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Beginner's question on Stress-strain curve

  1. Jul 6, 2011 #1

    kelvin490

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    Why the slope of typical stress-strain curve decreases after yielding? If it is strain-hardening, why less stress is required to further increase the strain compared to that before yielding?

    All replies are much welcome, thank you.
     
  2. jcsd
  3. Jul 9, 2011 #2
    ok, you have to know the difference between engineering stress-strain curve and true stress-strain curve.

    to begin with E = stress/strain, and stress = F/Area,

    In engineering curve, you assume that the initial area is constant throughout the test, as this is easier than trying to measure it dynamically. This is not true of course, due to Poisson's ratio, but it is a time saver. As a consequence, when necking begins, despite the area getting significantly smaller, you assume its the same. so the stress is calculated to be smaller than it actually is. Hence the dip.

    In a true curve, you don't get this dip but instead see the curve rise continuously until it fails (snaps/breaks/whatever). This is because the instantaneous cross-sectional area is used.
     
  4. Jul 9, 2011 #3

    kelvin490

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    Thank you for your reply but I still want to have some points clarified.


    I appreciate that when necking begins the area decreases significantly. However, necking mainly occurs in the latest part of loading, it seems that it is not occurs at the yield point. Then why the slope decreases a lot after yield point? Does the area also decrease significantly at the yield point so there is a sudden decrease in the slope?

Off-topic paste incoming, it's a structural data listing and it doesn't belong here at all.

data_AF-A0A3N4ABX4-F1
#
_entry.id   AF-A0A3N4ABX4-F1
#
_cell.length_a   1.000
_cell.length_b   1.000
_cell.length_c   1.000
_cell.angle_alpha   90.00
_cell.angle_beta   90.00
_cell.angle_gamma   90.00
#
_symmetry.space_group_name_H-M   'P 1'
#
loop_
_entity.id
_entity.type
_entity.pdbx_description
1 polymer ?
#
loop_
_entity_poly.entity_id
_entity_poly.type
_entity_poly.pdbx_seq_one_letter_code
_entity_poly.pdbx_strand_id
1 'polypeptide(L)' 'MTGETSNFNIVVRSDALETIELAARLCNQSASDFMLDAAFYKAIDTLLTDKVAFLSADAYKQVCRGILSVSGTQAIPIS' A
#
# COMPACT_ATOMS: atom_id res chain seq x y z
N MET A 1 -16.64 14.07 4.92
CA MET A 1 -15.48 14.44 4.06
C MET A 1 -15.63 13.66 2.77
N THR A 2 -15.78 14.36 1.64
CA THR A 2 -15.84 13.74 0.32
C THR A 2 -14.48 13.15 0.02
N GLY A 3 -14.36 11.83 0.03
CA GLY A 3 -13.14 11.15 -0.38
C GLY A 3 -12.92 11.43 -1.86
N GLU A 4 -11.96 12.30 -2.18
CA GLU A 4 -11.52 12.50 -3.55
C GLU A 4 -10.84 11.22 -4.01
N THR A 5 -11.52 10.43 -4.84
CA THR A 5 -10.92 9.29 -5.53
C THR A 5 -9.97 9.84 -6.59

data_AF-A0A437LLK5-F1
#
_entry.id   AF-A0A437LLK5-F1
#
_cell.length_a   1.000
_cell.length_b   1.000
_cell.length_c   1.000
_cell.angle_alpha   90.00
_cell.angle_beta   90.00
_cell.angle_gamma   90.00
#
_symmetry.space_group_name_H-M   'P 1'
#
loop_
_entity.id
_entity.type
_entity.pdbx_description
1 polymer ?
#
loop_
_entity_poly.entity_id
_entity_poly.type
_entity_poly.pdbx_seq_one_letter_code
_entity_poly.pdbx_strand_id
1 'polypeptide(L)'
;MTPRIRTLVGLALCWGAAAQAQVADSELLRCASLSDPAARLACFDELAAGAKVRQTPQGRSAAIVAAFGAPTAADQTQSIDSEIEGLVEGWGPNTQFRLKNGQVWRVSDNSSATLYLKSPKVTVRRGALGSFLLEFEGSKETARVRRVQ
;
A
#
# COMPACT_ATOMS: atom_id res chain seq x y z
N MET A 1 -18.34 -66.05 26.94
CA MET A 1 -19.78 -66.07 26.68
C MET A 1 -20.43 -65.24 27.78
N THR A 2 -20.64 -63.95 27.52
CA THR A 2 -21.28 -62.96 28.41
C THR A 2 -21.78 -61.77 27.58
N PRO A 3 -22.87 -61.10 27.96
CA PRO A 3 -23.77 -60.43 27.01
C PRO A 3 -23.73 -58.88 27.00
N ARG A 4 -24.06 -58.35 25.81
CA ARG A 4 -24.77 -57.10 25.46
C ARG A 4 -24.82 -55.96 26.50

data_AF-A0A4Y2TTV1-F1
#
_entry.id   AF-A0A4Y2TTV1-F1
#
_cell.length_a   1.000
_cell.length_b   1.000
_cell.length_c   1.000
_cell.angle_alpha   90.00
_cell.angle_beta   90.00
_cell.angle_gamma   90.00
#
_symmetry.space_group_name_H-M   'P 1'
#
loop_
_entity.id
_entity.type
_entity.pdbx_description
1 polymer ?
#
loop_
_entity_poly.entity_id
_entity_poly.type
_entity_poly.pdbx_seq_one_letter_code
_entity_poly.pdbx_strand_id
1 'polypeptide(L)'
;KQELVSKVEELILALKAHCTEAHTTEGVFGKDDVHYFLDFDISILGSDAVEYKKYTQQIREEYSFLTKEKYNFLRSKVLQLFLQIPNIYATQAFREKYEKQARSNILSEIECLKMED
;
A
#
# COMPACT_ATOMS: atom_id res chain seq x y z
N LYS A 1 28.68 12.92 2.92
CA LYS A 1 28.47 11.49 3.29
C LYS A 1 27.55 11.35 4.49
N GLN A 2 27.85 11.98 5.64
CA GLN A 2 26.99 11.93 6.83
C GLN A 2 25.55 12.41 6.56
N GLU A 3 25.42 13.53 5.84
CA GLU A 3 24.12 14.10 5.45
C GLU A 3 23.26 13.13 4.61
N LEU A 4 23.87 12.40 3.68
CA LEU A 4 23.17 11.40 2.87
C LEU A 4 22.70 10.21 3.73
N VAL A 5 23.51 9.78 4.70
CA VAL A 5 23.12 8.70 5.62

I have checked for some book that for true stress-true strain curve there is still a sudden bend in the curve, why is it so?
     
  5. Jul 10, 2011 #4
    Beyond the yield point less force is needed to deform the material due to weaker inter-molecular forces.
    The slope of the curve decreases.
    The biggest difference between the engineering and true curve is after the ultimate tensile stress.
    At yield point the area is almost the same as the initial area.
     
  6. Jul 10, 2011 #5
    Beyond the yield point less force is needed to deform the material due to weaker inter-molecular forces.
    The slope of the curve decreases.
    The biggest difference between the engineering and true curve is after the ultimate tensile stress.
    At yield point the area is almost the same as the initial area.
     
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